For people like me, who doesn’t have the luxurious time and funding to enjoy another wonderful trip, you can easily find the detailed programs in this link. Once you click the link and scrutinize the abstracts, I hope you don’t get trapped. For sure, the conference is loaded with crazy and smart ideas. Here are just some I found:
EE1.5 SUN 10:00 “The Size of the Proton” -- This rings the bell in my brain. I read about this in Scientific America a few months ago, and that sticks to my mind. On the one hand, I simply have no idea how laser spectroscopy can be used to measure the radius of the proton. There must be some original way, to me, a proton is almost dimensionless. On the other hand, they give a more precise but exotic value of it. Would this value forces the theoretical particle physicists to re-think what they have formulated for the past decades?
JSII1,2: “Low Dimensional Carbon Nano-Structures in Photonics I, II” -- Apparently, the Nobel prize simply marks the beginning explosion of the graphene related research. We are familiar with the novel material features of graphene and nanotubes. In addition to investigate their physical properties using lasers, how about using them to mode-lock a laser? Or using double wall carbon nanotubes to create broadband ultrafast pulses? Sit in these presentations, and you will find out.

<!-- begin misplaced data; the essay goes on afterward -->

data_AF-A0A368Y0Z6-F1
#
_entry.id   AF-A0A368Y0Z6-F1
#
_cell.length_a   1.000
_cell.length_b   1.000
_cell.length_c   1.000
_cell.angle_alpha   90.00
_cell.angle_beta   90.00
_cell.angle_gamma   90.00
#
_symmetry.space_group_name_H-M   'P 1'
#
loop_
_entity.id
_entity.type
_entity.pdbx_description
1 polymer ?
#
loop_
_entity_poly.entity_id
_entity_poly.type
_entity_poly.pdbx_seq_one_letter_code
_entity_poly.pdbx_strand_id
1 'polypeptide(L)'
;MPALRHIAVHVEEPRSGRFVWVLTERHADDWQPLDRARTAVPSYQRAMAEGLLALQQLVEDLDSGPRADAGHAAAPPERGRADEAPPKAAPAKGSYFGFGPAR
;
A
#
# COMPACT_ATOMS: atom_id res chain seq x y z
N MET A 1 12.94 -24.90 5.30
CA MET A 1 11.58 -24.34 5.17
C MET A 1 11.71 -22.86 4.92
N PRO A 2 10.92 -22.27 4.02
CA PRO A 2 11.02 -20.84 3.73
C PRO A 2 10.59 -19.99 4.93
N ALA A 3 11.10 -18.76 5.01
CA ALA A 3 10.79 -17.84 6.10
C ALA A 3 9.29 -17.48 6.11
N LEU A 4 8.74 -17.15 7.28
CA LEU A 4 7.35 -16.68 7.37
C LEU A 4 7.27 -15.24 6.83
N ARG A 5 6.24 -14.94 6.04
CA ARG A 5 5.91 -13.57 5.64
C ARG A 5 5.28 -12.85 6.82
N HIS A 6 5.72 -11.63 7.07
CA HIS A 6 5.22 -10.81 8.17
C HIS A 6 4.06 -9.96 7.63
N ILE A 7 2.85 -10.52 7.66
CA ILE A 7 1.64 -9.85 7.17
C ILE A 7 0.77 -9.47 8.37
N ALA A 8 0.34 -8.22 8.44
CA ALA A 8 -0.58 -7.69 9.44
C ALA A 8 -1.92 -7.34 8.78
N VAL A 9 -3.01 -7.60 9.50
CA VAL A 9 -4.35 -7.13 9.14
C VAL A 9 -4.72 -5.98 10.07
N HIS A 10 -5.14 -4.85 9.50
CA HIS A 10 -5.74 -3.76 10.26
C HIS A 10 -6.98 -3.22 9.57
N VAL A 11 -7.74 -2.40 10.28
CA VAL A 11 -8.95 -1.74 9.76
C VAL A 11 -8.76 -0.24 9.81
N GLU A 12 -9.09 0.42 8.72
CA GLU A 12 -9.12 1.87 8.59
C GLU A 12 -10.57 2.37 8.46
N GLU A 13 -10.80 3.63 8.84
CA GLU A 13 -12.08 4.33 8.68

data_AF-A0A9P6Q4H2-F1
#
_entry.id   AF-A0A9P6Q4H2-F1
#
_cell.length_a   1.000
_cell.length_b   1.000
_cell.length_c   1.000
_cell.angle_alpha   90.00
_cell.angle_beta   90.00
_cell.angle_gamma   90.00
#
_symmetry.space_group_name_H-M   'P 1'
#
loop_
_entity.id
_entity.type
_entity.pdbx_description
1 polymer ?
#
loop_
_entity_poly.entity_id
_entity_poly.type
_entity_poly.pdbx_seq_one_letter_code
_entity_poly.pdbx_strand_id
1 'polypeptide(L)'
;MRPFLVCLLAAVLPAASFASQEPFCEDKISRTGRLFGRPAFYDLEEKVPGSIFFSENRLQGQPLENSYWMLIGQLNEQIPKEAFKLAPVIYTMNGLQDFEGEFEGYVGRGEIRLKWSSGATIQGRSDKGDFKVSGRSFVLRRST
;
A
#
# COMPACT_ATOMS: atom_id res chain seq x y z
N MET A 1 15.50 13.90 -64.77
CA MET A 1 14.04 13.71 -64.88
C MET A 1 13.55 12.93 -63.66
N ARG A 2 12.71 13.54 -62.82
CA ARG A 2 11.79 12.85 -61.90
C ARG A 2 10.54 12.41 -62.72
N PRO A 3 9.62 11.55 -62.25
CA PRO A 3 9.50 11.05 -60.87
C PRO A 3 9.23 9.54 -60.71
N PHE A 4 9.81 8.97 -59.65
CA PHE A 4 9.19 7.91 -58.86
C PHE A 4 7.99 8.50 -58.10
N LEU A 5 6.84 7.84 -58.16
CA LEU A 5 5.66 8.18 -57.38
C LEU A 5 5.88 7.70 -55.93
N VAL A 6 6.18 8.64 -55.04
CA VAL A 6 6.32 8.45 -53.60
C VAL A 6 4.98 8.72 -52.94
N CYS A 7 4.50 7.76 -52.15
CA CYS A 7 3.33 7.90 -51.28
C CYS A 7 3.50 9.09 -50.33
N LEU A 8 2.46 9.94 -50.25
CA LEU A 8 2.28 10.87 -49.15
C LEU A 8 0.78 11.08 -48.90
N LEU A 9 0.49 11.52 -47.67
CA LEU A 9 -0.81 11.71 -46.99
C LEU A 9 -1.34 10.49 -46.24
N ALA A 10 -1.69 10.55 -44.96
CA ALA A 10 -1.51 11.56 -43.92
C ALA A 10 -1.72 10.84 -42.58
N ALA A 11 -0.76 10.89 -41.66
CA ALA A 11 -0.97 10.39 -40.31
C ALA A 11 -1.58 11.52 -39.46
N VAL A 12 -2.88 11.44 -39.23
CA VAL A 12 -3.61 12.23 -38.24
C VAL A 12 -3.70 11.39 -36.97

CL/EB1-3 “Medical Imaging, Advanced Microscopy, Advanced Biophotonics: Sensing and Imaging” -- This is where you find yourself accessing the fresh. For people who are fond of applications, these are the harbors. It is simply a zoo of creative methodologies. I like the techniques that play around with the light polarizations. You might enjoy using nanoparticles to be the bio-markers. Just explore them and make your own list of preference.
OK, Time for you to take this journey to Germany, either physically or virtually. The destination is the same for all of us. Remember to check out the plenary sessions -- from attosecond lights, and insights of the cold atoms/molecules, to the advances of solid-state lasers. Feels like another feast to me. Finally, don’t get me wrong, almost everything that discussed in CLEO, you can find the continuation of them in CLEO/Europe EQEC 2011. I will leave you to connect the dots. Cheers!
The opinions expressed herein are those of the author and do not represent the Optical Society of America (OSA) or any OSA affiliate.